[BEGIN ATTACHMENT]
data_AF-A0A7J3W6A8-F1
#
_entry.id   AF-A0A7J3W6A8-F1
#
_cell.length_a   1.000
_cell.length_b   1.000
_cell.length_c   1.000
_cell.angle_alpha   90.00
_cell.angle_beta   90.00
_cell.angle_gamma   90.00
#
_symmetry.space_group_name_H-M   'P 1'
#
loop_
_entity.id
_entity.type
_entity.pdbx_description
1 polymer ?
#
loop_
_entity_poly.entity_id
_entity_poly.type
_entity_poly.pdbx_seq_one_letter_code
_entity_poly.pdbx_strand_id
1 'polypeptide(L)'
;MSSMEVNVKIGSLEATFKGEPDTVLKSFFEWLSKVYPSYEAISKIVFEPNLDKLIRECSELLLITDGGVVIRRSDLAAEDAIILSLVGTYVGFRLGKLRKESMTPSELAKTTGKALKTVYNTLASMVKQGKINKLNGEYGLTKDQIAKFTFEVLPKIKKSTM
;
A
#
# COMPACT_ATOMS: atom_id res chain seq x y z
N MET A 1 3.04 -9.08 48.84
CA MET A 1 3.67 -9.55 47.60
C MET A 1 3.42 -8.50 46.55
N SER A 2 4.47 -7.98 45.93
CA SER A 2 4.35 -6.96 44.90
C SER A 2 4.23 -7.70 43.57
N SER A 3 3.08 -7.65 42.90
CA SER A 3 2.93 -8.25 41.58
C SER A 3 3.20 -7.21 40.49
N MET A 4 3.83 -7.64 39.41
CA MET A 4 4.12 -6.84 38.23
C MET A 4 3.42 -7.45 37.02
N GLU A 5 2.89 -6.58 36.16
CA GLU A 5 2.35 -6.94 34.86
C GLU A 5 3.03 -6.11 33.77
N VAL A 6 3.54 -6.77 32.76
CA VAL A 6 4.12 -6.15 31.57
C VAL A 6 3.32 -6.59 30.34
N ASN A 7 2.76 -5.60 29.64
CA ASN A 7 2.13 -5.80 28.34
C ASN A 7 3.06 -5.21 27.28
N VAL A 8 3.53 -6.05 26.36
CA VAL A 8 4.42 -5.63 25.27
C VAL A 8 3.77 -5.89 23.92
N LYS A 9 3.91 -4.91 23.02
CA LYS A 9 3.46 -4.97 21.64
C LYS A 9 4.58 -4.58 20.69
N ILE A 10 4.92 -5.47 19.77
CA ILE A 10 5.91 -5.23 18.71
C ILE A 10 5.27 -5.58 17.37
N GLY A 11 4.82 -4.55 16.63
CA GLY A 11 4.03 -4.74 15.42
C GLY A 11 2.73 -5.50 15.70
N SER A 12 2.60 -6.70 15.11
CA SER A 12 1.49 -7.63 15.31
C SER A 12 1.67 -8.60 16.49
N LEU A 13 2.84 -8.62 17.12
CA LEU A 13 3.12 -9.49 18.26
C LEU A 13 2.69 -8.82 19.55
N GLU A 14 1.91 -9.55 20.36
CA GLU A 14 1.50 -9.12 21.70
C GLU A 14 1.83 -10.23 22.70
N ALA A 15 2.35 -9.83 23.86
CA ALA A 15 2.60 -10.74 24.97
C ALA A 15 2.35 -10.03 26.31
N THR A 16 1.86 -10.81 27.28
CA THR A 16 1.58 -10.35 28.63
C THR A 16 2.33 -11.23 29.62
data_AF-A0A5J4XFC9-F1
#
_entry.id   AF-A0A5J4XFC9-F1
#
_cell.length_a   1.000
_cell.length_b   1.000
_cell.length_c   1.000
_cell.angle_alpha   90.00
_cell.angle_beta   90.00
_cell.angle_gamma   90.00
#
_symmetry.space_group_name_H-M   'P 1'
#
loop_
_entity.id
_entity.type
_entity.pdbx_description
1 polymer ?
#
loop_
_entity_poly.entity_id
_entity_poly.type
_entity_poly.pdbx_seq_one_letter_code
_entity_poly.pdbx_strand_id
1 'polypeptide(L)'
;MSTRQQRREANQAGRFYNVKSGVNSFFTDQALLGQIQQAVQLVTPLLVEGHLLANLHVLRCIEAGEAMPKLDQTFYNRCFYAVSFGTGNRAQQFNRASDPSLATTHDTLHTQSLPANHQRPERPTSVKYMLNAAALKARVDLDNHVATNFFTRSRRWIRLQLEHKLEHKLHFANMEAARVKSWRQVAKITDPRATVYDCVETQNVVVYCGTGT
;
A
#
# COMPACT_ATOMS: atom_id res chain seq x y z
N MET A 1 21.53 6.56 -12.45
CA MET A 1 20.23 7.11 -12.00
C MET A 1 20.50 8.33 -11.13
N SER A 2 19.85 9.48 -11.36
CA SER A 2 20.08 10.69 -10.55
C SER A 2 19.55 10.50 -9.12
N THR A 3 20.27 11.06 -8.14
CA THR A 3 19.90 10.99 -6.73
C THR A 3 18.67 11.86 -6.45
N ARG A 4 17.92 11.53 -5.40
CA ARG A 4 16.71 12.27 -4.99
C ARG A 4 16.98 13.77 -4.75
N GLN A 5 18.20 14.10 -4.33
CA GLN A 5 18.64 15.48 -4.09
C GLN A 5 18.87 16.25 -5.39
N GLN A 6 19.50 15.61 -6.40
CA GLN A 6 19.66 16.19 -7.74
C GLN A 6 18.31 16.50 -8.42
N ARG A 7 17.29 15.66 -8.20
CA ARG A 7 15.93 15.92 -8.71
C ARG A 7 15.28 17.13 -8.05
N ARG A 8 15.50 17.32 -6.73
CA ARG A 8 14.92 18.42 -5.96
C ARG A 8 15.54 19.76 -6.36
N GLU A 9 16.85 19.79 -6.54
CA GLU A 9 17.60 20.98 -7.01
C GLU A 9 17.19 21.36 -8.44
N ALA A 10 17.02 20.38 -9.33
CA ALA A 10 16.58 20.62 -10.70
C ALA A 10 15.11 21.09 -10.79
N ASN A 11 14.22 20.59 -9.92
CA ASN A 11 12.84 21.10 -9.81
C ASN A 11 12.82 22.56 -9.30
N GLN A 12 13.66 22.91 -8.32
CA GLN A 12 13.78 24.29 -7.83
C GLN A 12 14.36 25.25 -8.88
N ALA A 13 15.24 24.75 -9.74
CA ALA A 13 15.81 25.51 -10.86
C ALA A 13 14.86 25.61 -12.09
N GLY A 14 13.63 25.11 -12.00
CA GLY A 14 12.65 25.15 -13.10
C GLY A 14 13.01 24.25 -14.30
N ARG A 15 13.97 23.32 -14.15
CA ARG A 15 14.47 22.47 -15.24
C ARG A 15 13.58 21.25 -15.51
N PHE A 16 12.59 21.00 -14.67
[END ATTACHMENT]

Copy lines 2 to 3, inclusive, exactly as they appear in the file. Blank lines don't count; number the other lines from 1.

#
_entry.id   AF-A0A7J3W6A8-F1